The blame game cant help kids


As a columnist writing on family issues, I've had a fascinating ride this past year, punctuated with some riveting revelations.

I knew from the beginning that to put integrity on the page, I would have to get to my own truth. What I didn't know was how many truths of others I would uncover along the path of telling a story.

I feel great honor in knowing that the people I interviewed for stories felt enough trust to ride the magic carpet of exploration together. We often seemed like two children telling secrets up in the apple tree. Out would pop insights and curious revelations that all too often ended with the request to 'please don't quote me on that.'

I kept those secrets in trust, even though the burden of them weighs heavy. But I've noticed that the one who carries too many secret truths becomes a cynic. So I'll offer up these insights without betraying the messengers.

The most important truth I've learned is this: Even with our technologically sophisticated superhighway of world knowledge at our fingertips, we have failed to free ourselves.

We put our children in gender straitjackets. Our girls quietly observe what they must do and how they must look, sound and act to fulfill our expectations of who they should become as women, and they must swallow those expectations whole.

The pilot lights of their spirits go out. They shuffle through adolescence, lose weight, curl, crimp, wash, polish and weigh their bodies, knowing that they are admired for the same criteria used to measure the value of an automobile. It is best to be sleek, sexy and comfortable.

Our boys must be all male, but with cool exteriors. We expect them to bury their sexual and aggressive impulses Ñ while we whet their appetites with explicit violent and sexual images in movies and videos. We socialize and medicate away their curiosity and natural instincts to hunt, gather, fly or fight, to merely sit and listen.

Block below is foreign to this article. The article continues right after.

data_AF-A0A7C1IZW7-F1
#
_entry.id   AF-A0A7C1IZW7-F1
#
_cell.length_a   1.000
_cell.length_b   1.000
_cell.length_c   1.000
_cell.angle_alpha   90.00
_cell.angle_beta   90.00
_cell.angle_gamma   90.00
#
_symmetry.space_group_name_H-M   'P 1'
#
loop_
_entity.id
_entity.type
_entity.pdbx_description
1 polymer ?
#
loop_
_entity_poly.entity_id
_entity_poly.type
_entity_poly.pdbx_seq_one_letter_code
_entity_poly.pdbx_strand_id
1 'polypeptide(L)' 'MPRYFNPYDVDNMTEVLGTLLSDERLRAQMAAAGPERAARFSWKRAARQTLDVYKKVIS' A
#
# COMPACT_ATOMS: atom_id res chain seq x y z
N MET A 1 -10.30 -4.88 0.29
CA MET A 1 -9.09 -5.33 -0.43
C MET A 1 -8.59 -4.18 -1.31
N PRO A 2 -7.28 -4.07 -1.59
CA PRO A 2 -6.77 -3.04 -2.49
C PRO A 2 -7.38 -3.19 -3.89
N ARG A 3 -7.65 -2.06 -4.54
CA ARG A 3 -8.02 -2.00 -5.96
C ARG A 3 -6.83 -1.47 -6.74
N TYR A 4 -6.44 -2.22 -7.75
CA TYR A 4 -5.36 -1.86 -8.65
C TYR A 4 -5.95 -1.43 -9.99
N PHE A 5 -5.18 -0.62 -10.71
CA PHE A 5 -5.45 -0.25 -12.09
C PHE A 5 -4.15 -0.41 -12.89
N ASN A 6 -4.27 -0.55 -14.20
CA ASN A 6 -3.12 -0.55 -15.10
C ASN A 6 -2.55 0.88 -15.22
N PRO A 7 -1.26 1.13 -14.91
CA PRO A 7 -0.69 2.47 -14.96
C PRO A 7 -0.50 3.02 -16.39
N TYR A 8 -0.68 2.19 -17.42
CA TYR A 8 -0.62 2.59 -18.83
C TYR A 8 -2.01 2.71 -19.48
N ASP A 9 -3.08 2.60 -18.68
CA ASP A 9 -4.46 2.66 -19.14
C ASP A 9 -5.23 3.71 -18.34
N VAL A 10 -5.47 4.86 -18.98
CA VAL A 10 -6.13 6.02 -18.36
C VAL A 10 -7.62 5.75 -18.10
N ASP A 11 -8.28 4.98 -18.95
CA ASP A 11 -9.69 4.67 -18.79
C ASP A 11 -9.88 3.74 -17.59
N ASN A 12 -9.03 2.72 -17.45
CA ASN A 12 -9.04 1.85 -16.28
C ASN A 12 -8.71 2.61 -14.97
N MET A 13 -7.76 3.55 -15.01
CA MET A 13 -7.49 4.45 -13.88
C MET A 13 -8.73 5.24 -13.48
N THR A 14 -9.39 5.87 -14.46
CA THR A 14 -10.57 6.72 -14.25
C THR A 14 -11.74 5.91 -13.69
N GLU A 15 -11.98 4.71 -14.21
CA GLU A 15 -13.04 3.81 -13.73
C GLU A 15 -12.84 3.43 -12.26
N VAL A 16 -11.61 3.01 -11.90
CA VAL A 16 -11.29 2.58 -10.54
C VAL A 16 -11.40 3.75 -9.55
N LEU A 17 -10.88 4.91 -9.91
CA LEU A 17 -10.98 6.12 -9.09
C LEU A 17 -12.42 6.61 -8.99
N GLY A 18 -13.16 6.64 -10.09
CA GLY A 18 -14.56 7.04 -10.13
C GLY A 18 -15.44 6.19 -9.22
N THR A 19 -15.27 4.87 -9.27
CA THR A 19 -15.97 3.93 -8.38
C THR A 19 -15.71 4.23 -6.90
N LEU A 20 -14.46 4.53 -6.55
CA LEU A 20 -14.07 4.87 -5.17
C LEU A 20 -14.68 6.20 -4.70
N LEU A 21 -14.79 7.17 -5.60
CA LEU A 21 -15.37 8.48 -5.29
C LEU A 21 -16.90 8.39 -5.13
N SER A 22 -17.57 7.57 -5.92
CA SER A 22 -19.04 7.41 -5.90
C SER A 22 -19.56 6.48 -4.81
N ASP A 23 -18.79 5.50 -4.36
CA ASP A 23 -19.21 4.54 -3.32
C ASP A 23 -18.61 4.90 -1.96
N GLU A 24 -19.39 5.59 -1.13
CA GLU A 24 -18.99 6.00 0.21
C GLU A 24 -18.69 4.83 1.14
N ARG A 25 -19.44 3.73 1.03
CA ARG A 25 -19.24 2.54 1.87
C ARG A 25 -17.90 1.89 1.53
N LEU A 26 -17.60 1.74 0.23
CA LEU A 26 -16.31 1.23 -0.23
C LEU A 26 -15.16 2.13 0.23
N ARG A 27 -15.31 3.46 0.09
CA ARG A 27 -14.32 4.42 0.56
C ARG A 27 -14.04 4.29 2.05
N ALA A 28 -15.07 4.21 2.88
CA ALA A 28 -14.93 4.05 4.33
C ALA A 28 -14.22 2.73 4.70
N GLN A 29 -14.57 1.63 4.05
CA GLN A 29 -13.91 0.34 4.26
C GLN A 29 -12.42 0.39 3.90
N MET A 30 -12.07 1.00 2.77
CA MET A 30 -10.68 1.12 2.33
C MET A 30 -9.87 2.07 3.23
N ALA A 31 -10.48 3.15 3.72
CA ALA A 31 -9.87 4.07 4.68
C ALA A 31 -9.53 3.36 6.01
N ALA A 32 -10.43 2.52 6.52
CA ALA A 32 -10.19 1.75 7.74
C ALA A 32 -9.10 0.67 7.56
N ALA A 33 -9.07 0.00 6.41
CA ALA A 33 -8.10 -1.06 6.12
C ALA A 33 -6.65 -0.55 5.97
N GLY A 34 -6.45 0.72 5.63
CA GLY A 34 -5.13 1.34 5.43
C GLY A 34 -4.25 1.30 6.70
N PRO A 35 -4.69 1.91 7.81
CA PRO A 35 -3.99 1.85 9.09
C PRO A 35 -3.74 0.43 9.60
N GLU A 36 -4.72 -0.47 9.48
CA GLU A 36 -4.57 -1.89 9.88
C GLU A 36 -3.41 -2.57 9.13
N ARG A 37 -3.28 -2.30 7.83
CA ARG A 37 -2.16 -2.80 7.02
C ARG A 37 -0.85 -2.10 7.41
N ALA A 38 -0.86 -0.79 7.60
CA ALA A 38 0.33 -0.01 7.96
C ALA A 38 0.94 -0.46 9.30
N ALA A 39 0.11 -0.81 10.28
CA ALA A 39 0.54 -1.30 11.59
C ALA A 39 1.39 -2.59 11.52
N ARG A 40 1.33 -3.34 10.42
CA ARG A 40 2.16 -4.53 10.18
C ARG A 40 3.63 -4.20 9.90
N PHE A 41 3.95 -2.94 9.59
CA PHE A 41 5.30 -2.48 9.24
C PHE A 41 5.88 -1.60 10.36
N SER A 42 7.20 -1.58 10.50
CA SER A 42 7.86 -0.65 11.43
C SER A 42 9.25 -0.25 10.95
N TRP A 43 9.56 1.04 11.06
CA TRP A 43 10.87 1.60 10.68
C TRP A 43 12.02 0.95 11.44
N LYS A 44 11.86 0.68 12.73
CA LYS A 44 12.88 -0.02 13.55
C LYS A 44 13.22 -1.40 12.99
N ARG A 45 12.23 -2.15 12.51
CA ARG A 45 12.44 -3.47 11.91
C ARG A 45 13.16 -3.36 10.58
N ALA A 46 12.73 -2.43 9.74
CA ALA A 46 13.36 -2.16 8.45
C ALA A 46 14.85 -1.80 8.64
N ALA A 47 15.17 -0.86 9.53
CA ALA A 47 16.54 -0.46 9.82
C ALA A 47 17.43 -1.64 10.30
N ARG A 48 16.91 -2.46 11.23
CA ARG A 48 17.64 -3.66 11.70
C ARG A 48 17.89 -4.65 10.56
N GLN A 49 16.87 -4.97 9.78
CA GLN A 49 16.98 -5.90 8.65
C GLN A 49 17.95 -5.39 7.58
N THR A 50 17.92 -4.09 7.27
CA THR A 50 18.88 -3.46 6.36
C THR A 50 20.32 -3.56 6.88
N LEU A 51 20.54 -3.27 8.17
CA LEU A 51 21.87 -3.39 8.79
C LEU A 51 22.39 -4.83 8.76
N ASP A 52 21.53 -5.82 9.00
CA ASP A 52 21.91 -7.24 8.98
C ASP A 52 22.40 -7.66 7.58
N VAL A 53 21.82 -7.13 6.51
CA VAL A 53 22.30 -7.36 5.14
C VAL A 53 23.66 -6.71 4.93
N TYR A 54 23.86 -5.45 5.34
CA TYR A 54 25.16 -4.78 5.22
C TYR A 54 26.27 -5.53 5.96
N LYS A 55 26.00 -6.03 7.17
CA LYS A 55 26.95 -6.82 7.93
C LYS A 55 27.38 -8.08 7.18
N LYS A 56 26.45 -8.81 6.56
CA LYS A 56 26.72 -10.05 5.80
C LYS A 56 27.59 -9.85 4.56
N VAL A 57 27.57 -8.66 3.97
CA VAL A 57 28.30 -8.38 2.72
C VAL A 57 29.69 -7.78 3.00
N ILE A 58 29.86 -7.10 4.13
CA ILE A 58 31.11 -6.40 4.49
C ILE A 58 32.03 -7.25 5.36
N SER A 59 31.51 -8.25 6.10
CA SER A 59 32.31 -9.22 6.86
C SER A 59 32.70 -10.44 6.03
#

If kids act like adults, they are considered good children. If they act out Ñ like children Ñ they are treated as adults, receive adult punishments and lose their childhoods forever.

We build more institutional beds, pass laws mandating longer sentences (i.e. Ballot Measure 11) and then throw them a bone called the Oregon Youth Authority, which is intended to develop individualized plans for reformation and to keep young offenders out of adult prisons.

We then shave down the bone by decreasing financing and resources just when the juvenile system is bulging with more and younger offenders who stay longer and have more complex mental health issues.

We too often fail to teach our kids the skills they need to have healthy emotional lives, and then we punish them for not having those very skills.

In the rush to wean children, we send them out to play on the busy freeway of technology, where they learn what they will through games found on PlayStation, Game Boy and the Internet.

Instead of facing the truth that our public schools are big, impersonal, institutional warehouses with outdated models of learning where we keep our kids while we chase the buck, we blame everything else.

And, in the blaming, we spend more time testing students instead of allocating more money to make schools more tailored to the individual student, with lower teacher-student ratios: places that would give our youth the human connection that has been removed from their lives.

And then we want someone to explain it all to us Ñ as long as it isn't too painful.

Contact Diane Dennis-Crosland at This email address is being protected from spambots. You need JavaScript enabled to view it..